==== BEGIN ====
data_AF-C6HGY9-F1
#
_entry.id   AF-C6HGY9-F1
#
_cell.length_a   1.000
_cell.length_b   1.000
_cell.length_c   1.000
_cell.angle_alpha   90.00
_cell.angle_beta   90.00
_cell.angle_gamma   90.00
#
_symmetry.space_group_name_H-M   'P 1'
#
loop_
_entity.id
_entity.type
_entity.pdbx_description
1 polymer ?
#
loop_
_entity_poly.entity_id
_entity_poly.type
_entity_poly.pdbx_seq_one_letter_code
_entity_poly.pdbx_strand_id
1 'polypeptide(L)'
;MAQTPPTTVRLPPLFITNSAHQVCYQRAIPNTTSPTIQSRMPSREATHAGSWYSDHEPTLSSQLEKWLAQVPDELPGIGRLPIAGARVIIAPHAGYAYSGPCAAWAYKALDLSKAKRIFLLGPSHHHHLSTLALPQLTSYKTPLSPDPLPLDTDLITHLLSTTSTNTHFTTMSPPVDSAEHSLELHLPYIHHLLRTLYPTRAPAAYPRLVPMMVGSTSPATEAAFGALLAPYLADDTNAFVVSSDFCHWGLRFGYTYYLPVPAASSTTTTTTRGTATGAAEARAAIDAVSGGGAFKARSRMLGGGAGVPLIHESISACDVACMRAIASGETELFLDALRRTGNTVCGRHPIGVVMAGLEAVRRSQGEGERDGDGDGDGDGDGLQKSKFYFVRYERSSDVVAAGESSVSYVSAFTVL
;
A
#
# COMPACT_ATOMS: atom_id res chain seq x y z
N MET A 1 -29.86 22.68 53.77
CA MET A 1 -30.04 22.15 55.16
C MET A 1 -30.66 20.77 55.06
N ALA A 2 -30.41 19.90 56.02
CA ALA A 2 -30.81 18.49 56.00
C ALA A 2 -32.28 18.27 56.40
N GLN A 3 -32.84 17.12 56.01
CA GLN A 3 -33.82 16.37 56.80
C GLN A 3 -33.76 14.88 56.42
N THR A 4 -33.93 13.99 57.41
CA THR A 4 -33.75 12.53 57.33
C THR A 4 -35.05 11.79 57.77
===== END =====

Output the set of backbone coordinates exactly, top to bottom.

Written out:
data_AF-C6HGY9-F1
#
_entry.id   AF-C6HGY9-F1
#
_cell.length_a   1.000
_cell.length_b   1.000
_cell.length_c   1.000
_cell.angle_alpha   90.00
_cell.angle_beta   90.00
_cell.angle_gamma   90.00
#
_symmetry.space_group_name_H-M   'P 1'
#
loop_
_entity.id
_entity.type
_entity.pdbx_description
1 polymer ?
#
loop_
_entity_poly.entity_id
_entity_poly.type
_entity_poly.pdbx_seq_one_letter_code
_entity_poly.pdbx_strand_id
1 'polypeptide(L)'
;MAQTPPTTVRLPPLFITNSAHQVCYQRAIPNTTSPTIQSRMPSREATHAGSWYSDHEPTLSSQLEKWLAQVPDELPGIGRLPIAGARVIIAPHAGYAYSGPCAAWAYKALDLSKAKRIFLLGPSHHHHLSTLALPQLTSYKTPLSPDPLPLDTDLITHLLSTTSTNTHFTTMSPPVDSAEHSLELHLPYIHHLLRTLYPTRAPAAYPRLVPMMVGSTSPATEAAFGALLAPYLADDTNAFVVSSDFCHWGLRFGYTYYLPVPAASSTTTTTTRGTATGAAEARAAIDAVSGGGAFKARSRMLGGGAGVPLIHESISACDVACMRAIASGETELFLDALRRTGNTVCGRHPIGVVMAGLEAVRRSQGEGERDGDGDGDGDGDGLQKSKFYFVRYERSSDVVAAGESSVSYVSAFTVL
;
A
#
# COMPACT_ATOMS: atom_id res chain seq x y z
N MET A 1 -29.86 22.68 53.77
CA MET A 1 -30.04 22.15 55.16
C MET A 1 -30.66 20.77 55.06
N ALA A 2 -30.41 19.90 56.02
CA ALA A 2 -30.81 18.49 56.00
C ALA A 2 -32.28 18.27 56.40
N GLN A 3 -32.84 17.12 56.01
CA GLN A 3 -33.82 16.37 56.80
C GLN A 3 -33.76 14.88 56.42
N THR A 4 -33.93 13.99 57.41
CA THR A 4 -33.75 12.53 57.33
C THR A 4 -35.05 11.79 57.77